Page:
As an internist, Joann Elmore, MD, MPH, was taught to ask questions. Those questions led her to spend much of her career in breast cancer research where she found extensive variability among radiologists’ interpretation of mammograms. “Radiology data is subjective, just like art. You’re being asked to classify visual data,” Elmore says.

It wasn’t until she was on the receiving end of a Friday night phone call alerting her to a “suspicious” skin biopsy, however, did Elmore’s interest in melanoma peak. Elmore’s biopsy specimens were sent to two pathologists. “As a physician, I had always assumed a pathologist’s diagnosis was the ‘gold standard,’” she says, “however, I received two very different diagnoses on the opposite ends of the spectrum on my own skin biopsy: one said it was invasive melanoma and the other said it was benign.” As such, Elmore sent the specimen for yet another opinion, this one to a pathologist who had written textbooks on the topic and had decades of experience. His diagnosis landed somewhere in the middle and acknowledged that it was atypical, but thankfully not in the classification of invasive melanoma. More than a decade later, Elmore has had no recurrences.

Based on this experience, Elmore expanded her research from radiology to pathology. “Pathologists, like radiologists, are also looking at image data and I realized there was way too much variability, and I wanted to better understand why—and what we could do about it.”

Elmore received a National Institutes of Health (NIH) grant to study the accuracy of diagnostic screening and biopsy interpretation. The study looked at all melanoma-type biopsies and was able to capture how often there was variability in interpretation among providers. Slides were presented in random order to 187 pathologists who provided their diagnoses using an online histology data collection form. Months later, the same exact slides were sent to the same pathologists but in a different order. “There was less than 50% consistency among most of the pathologists and often they weren’t even consistent with their own initial diagnosis,” says Elmore. “This really showed me that there is an art to medicine and diagnosis is so critical.” Elmore emphasizes that this experience did not decrease her appreciation for pathologists but, rather, highlighted how difficult pathology is, particularly in melanoma and precursor lesions, and underscores the need for better diagnostic tools.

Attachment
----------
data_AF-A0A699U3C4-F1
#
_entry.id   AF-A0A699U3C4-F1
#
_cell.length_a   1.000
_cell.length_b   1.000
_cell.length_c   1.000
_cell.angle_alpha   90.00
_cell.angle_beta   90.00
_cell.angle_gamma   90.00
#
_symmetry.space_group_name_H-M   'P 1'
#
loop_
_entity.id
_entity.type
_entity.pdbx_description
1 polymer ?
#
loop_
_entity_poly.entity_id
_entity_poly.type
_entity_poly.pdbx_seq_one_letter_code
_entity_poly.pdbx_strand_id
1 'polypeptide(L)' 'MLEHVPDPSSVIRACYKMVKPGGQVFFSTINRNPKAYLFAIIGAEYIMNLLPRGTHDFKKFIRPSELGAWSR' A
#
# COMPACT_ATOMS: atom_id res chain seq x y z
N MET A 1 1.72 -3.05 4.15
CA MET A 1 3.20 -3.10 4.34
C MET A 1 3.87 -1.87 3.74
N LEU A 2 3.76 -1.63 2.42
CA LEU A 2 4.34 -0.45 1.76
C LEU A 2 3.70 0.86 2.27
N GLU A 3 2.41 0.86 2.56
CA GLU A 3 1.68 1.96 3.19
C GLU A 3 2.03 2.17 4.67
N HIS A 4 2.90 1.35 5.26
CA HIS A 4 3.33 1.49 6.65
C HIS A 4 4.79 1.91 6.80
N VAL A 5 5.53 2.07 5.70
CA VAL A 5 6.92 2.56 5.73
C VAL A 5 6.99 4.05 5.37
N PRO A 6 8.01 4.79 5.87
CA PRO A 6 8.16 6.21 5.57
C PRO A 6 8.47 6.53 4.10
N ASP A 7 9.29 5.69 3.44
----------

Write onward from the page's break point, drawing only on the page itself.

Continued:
Thanks to the generous support of the Michael & Jacqueline Ferro Family Foundation, MRA issued three grant awards focused specifically on using artificial intelligence to better detect melanoma. Through one of these awards, Elmore is partnering with a world renowned computer scientist Linda Shapiro, PhD, at the University of Washington who specializes in computer visualization of complex information, as well as leading pathologists around the globe to develop an artificial intelligence (AI)-based diagnostic system.

Elmore and her team are evaluating whether computers can assess cell size, shape, and other details from images of skin biopsies in order to help improve the accuracy – and consistency – of melanoma diagnoses. “For each skin biopsy, there can be hundreds of thousands of cells,” explains Elmore. This also sheds light on why melanoma biopsies are so complicated and challenging for pathologists and why AI, which can scan thousands of cells and readily cross-reference information, may improve the future of melanoma medicine.

“Although we are still in the early phases, this is critical work,” says Elmore. According to a report by the National Academies of Sciences, Engineering, and Medicine, improvements in the diagnostic process are a “moral, professional, and public health imperative.”

Indeed, a diagnosis is the building block on which all other medical treatment is based. On the other end of these biopsies are real patients: patients answering the late-night, anxiety-inducing phone calls; patients undergoing invasive surgeries; patients weighing their next clinical steps. Not all of these patients will seek out three opinions like Elmore did, but all of them deserve an accurate diagnosis.

Elmore’s research also showcases MRA’s commitment to working across fields to fund the most promising research and to recruit innovative researchers. Doing so injects fresh ideas that are needed to move the field forward and to raise the bar ever higher, so that today’s challenges can be tomorrow’s success stories.

“MRA creates and supports multidisciplinary collaborations,” says Elmore. “They get it. Science is better as a team approach and I’m looking forward to seeing what’s next.”

This post was originally published by the Melanoma Research Alliance. It is republished with permission.